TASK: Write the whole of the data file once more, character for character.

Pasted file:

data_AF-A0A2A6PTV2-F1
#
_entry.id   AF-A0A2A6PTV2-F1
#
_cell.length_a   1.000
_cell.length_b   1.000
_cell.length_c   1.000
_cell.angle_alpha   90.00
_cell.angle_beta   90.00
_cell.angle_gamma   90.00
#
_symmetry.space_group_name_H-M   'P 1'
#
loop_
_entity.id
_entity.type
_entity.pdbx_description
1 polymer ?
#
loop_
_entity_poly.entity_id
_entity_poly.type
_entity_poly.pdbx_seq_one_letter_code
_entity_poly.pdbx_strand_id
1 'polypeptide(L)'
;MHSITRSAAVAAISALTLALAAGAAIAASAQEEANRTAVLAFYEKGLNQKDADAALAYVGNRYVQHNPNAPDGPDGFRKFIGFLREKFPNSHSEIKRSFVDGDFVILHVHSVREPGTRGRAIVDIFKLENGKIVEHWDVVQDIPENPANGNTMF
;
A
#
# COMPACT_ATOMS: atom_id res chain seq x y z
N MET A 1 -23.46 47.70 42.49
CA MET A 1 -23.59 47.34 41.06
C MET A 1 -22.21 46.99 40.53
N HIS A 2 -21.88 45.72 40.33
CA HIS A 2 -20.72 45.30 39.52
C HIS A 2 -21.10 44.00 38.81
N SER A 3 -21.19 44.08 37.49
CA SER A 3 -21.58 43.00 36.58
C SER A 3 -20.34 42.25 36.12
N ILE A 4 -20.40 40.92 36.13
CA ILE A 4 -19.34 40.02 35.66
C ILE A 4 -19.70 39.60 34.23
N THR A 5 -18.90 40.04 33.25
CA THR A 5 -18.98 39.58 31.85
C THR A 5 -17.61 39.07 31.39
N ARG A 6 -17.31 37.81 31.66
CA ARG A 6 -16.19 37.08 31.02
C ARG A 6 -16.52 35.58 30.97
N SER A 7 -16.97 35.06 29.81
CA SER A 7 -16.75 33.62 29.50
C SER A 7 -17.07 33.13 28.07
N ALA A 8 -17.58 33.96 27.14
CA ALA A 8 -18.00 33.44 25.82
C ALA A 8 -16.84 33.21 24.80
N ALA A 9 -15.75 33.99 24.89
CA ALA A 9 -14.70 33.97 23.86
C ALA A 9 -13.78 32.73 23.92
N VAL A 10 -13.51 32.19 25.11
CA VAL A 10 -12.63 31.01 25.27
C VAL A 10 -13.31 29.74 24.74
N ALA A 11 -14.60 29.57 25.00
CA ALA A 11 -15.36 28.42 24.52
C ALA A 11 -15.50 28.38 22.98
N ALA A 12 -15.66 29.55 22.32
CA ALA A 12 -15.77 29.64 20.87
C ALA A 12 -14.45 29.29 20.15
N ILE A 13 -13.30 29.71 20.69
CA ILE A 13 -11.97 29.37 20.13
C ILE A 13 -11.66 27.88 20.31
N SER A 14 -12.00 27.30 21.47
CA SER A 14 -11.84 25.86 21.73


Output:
data_AF-A0A2A6PTV2-F1
#
_entry.id   AF-A0A2A6PTV2-F1
#
_cell.length_a   1.000
_cell.length_b   1.000
_cell.length_c   1.000
_cell.angle_alpha   90.00
_cell.angle_beta   90.00
_cell.angle_gamma   90.00
#
_symmetry.space_group_name_H-M   'P 1'
#
loop_
_entity.id
_entity.type
_entity.pdbx_description
1 polymer ?
#
loop_
_entity_poly.entity_id
_entity_poly.type
_entity_poly.pdbx_seq_one_letter_code
_entity_poly.pdbx_strand_id
1 'polypeptide(L)'
;MHSITRSAAVAAISALTLALAAGAAIAASAQEEANRTAVLAFYEKGLNQKDADAALAYVGNRYVQHNPNAPDGPDGFRKFIGFLREKFPNSHSEIKRSFVDGDFVILHVHSVREPGTRGRAIVDIFKLENGKIVEHWDVVQDIPENPANGNTMF
;
A
#
# COMPACT_ATOMS: atom_id res chain seq x y z
N MET A 1 -23.46 47.70 42.49
CA MET A 1 -23.59 47.34 41.06
C MET A 1 -22.21 46.99 40.53
N HIS A 2 -21.88 45.72 40.33
CA HIS A 2 -20.72 45.30 39.52
C HIS A 2 -21.10 44.00 38.81
N SER A 3 -21.19 44.08 37.49
CA SER A 3 -21.58 43.00 36.58
C SER A 3 -20.34 42.25 36.12
N ILE A 4 -20.40 40.92 36.13
CA ILE A 4 -19.34 40.02 35.66
C ILE A 4 -19.70 39.60 34.23
N THR A 5 -18.90 40.04 33.25
CA THR A 5 -18.98 39.58 31.85
C THR A 5 -17.61 39.07 31.39
N ARG A 6 -17.31 37.81 31.66
CA ARG A 6 -16.19 37.08 31.02
C ARG A 6 -16.52 35.58 30.97
N SER A 7 -16.97 35.06 29.81
CA SER A 7 -16.75 33.62 29.50
C SER A 7 -17.07 33.13 28.07
N ALA A 8 -17.58 33.96 27.14
CA ALA A 8 -18.00 33.44 25.82
C ALA A 8 -16.84 33.21 24.80
N ALA A 9 -15.75 33.99 24.89
CA ALA A 9 -14.70 33.97 23.86
C ALA A 9 -13.78 32.73 23.92
N VAL A 10 -13.51 32.19 25.11
CA VAL A 10 -12.63 31.01 25.27
C VAL A 10 -13.31 29.74 24.74
N ALA A 11 -14.60 29.57 25.00
CA ALA A 11 -15.36 28.42 24.52
C ALA A 11 -15.50 28.38 22.98
N ALA A 12 -15.66 29.55 22.32
CA ALA A 12 -15.77 29.64 20.87
C ALA A 12 -14.45 29.29 20.15
N ILE A 13 -13.30 29.71 20.69
CA ILE A 13 -11.97 29.37 20.13
C ILE A 13 -11.66 27.88 20.31
N SER A 14 -12.00 27.30 21.47
CA SER A 14 -11.84 25.86 21.73